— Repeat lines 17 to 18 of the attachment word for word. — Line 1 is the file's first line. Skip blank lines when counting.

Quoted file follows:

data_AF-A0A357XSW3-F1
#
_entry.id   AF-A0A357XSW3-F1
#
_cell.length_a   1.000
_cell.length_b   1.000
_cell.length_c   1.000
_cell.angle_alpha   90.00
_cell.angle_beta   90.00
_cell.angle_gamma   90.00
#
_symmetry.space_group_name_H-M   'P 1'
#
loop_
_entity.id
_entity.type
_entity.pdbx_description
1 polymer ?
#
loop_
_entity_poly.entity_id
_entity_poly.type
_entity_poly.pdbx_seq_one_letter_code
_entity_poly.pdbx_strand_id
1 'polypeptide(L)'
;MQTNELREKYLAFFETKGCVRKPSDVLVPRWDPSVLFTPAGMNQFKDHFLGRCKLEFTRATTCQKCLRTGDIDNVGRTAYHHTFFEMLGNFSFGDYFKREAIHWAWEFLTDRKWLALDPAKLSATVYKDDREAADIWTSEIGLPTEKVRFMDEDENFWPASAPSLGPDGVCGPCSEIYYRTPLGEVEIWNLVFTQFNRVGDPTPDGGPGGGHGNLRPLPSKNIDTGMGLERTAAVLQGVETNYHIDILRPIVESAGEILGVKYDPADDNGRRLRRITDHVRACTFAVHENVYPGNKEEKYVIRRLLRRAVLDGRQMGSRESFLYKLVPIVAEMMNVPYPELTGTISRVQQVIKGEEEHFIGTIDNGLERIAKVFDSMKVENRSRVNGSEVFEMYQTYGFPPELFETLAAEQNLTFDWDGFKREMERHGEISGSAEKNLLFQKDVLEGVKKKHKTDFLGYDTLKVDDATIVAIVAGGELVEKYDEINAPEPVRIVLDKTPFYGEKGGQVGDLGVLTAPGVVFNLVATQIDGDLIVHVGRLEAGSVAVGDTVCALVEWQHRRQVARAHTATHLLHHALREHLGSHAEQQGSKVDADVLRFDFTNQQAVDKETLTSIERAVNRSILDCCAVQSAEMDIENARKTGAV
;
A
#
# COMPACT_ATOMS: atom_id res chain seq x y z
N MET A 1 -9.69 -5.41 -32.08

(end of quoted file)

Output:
_entity.pdbx_description
1 polymer ?